My book manuscript, Unaccompanied Minors: Precarious Protections and Limited Compassion in the US Asylum Process (under contract with University of California Press), chronicles the experiences and perspectives of Central American unaccompanied minors and their immigration attorneys as they pursue applications for refugee status in the United States.
In the past 10 years, nearly a half million minors have been apprehended at the US-Mexico border without their parents. The majority hail from Honduras, El Salvador, and Guatemala, countries were human rights violations, violence, and insecurity are widespread. Between 2015 and 2019, I spent 4 years studying the experiences of these youths as they navigate the US asylum process: I conducted ethnographic fieldwork in legal clinics in Los Angeles, shadowing immigration attorneys as they prepared their young clients’ asylum applications, as well as 95 semi-structured interviews with unaccompanied minors, their attorneys, and other key actors.
My book guides the reader along the journeys youths take from the moment of their escape from violence in their home countries, during their interactions with the US immigration agencies that detain them, and as they navigate legal struggles in the US asylum bureaucracy to apply for refugee status with the help of immigration attorneys. These legal struggles influence multiple facets of their lives as young immigrants in the US. To obtain refugee status and other humanitarian forms of relief, unaccompanied minors must satisfy narrowly defined legal criteria and child-specific U.S. interpretations of refugee law, which often do not correspond to their lived experiences of escape from violence or to youth's subjective understandings of why they fled. Youths must also comply with a series of behavioral restrictions that reflect US hierarchies of deservingness and normative conceptions of citizenship. Those who cannot do so remain unprotected and at risk of deportation, despite their vulnerability.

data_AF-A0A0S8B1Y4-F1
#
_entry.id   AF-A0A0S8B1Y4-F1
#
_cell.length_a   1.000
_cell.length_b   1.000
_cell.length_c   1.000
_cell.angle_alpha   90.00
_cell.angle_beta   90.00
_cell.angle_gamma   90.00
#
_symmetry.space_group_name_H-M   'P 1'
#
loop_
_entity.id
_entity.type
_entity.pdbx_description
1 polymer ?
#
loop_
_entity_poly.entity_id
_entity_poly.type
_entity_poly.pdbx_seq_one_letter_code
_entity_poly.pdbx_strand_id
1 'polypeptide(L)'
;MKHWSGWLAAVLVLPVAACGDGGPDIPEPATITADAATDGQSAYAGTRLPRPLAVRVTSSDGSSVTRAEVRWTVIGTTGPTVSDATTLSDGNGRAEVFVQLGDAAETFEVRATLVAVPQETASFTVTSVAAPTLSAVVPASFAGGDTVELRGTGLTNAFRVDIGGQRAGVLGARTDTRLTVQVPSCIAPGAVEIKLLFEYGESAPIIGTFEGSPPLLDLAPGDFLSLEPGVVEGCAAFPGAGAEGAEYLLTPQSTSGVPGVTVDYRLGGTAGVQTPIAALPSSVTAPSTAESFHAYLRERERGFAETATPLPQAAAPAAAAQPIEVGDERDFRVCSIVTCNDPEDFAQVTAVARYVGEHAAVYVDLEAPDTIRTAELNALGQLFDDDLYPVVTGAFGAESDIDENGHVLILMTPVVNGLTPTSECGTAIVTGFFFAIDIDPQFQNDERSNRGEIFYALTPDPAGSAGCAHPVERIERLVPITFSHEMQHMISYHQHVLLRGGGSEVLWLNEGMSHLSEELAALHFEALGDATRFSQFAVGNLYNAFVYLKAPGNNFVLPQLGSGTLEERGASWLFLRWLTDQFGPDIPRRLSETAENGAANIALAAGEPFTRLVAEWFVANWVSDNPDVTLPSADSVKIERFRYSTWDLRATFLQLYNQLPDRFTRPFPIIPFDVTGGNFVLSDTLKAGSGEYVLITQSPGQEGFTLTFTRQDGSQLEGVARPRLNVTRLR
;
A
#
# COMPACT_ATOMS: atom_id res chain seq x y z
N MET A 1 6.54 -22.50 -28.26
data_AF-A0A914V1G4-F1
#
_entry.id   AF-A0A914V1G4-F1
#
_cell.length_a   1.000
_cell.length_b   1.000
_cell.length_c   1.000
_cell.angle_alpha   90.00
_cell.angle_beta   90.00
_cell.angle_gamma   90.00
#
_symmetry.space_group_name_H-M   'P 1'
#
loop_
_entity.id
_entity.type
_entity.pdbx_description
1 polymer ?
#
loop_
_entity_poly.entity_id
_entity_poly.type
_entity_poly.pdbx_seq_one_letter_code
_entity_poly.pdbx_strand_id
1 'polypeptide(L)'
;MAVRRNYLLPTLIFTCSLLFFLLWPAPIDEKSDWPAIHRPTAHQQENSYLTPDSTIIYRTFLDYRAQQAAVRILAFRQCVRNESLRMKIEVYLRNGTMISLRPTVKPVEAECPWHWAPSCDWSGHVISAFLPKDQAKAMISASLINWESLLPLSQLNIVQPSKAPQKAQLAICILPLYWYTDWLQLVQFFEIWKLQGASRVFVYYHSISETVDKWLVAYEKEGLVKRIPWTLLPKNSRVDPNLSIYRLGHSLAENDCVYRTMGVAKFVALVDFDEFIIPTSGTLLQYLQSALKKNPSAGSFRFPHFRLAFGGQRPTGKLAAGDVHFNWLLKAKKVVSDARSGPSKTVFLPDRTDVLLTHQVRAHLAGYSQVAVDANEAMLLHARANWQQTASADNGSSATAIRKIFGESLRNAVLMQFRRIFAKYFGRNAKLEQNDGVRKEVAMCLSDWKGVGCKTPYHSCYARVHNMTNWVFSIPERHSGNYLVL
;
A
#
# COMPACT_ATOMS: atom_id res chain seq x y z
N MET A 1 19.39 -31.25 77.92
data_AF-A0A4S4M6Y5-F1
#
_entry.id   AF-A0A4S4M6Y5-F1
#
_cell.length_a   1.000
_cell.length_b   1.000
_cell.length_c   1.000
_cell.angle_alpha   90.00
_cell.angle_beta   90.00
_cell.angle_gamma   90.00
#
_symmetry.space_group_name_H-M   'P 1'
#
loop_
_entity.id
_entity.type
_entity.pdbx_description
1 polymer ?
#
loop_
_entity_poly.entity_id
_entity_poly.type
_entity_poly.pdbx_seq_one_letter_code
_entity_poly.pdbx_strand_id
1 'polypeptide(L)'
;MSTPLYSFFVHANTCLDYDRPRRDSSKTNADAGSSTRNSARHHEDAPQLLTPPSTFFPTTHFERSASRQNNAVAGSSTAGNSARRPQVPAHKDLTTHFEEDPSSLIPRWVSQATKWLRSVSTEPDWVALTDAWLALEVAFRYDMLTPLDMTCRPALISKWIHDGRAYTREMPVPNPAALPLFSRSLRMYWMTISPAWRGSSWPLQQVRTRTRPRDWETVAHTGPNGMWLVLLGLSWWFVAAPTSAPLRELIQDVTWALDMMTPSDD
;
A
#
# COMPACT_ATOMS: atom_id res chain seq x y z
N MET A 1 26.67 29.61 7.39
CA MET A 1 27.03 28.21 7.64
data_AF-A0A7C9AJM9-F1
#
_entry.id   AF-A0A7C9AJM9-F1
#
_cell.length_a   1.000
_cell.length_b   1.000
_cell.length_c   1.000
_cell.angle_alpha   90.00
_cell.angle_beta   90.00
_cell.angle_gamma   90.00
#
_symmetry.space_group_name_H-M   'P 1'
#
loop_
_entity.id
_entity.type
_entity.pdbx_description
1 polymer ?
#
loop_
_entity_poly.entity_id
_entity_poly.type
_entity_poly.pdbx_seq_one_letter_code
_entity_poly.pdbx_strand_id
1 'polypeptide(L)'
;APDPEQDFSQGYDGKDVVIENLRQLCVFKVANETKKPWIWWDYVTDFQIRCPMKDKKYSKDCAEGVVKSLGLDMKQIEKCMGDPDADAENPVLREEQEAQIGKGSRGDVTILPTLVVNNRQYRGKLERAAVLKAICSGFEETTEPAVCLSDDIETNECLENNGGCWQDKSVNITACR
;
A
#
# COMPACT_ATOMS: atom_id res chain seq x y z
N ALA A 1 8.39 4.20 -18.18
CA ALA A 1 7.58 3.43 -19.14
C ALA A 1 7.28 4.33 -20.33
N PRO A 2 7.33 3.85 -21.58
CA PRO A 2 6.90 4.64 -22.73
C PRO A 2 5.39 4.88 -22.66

My research examines the tension between the forces of protection and exclusion in the volatile US context, as advocates’ demands that the state respect human rights norms and protect vulnerable children compete with state prerogatives to limit overall levels of immigration. I examine the shift from the Obama to the Trump administration, discussing how immigration attorneys changed their legal strategies to counter the Trump's administration's attacks on the rights of unaccompanied minors and asylum-seekers and to continue to seek protection for vulnerable youths in an increasingly indeterminate legal process. By exposing the gaps between protections for unaccompanied minors on the books and their implementation in practice, this research has important implications for immigration policy and for the lives of children who migrate on their own.